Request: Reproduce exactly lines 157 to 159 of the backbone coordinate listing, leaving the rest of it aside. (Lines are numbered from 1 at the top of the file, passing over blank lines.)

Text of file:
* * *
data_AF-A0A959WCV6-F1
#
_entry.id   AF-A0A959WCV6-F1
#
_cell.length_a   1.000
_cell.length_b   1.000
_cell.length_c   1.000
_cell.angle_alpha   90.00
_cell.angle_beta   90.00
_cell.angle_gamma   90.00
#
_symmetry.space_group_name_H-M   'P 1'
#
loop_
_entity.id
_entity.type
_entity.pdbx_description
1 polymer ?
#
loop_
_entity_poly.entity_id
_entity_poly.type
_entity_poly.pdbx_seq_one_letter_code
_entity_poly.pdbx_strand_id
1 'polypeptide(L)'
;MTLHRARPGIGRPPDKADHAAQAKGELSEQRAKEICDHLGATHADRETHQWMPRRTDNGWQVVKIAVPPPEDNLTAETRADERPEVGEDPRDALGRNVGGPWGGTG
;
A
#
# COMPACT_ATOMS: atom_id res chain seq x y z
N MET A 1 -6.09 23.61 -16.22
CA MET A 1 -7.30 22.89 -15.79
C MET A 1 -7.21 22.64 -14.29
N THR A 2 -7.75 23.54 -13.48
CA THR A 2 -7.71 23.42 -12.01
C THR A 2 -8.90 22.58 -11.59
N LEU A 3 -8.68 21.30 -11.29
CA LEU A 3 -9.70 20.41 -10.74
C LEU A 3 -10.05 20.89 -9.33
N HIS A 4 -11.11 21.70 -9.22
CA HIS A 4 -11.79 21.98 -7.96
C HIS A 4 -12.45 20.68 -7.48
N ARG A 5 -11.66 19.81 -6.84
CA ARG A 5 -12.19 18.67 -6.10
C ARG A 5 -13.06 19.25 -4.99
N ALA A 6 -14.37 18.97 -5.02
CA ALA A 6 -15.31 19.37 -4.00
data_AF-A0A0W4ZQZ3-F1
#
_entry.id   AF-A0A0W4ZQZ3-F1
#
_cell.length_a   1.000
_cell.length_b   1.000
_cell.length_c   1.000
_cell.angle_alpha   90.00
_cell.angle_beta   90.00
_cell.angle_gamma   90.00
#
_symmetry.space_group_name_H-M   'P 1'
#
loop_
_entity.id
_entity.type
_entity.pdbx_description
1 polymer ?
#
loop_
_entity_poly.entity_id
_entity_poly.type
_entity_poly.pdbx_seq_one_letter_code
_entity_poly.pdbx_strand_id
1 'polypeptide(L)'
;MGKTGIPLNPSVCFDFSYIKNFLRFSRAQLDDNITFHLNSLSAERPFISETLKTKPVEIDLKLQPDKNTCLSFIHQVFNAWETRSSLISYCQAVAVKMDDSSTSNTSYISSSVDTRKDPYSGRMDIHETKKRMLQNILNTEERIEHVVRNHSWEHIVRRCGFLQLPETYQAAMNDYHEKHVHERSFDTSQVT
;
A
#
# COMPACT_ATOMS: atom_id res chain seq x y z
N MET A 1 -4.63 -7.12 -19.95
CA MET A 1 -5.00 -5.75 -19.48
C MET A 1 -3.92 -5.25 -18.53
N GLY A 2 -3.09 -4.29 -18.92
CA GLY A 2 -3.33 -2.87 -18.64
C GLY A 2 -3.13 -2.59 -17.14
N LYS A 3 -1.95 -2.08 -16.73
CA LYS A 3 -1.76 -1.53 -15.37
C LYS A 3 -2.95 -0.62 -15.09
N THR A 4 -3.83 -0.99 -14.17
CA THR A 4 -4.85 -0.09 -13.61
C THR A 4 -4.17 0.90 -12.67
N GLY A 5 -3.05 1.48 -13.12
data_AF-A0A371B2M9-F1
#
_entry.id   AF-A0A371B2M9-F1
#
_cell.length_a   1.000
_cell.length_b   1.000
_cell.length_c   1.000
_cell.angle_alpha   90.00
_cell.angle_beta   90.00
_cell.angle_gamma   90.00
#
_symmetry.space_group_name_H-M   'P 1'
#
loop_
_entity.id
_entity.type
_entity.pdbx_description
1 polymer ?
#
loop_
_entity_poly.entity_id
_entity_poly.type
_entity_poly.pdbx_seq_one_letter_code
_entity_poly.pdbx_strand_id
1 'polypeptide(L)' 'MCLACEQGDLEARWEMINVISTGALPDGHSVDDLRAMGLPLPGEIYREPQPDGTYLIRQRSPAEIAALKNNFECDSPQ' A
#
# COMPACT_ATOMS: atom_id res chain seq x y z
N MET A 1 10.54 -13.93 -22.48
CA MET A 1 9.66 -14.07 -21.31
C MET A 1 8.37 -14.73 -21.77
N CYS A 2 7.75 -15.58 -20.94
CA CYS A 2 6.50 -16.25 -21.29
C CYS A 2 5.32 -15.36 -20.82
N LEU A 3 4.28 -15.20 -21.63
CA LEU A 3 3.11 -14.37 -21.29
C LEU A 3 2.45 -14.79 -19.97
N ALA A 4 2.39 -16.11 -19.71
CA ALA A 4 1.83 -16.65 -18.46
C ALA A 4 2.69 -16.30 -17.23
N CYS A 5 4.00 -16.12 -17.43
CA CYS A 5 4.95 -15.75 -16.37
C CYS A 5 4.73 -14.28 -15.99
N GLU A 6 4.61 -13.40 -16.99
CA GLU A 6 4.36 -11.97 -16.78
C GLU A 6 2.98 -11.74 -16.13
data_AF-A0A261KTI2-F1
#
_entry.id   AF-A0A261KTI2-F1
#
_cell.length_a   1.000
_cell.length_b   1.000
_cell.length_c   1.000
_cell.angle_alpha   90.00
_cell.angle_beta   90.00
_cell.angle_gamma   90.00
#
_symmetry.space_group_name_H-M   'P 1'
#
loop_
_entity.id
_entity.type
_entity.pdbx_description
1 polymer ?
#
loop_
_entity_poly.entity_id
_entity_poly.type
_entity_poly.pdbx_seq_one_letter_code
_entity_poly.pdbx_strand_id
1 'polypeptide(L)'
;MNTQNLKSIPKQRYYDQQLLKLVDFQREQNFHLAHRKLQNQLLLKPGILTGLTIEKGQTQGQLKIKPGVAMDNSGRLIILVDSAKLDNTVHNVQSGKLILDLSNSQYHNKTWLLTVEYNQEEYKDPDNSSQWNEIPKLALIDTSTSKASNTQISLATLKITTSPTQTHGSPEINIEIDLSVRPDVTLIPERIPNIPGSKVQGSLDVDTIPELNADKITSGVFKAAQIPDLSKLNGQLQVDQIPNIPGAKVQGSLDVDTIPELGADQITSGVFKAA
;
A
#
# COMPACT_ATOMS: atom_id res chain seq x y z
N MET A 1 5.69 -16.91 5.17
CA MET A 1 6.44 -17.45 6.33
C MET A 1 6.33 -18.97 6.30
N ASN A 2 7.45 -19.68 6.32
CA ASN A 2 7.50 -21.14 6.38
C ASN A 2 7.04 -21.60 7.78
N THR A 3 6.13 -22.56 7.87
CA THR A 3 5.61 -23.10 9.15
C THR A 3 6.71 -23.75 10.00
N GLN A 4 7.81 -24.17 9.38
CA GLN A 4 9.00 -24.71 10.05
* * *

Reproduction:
_entity_poly.type
_entity_poly.pdbx_seq_one_letter_code
_entity_poly.pdbx_strand_id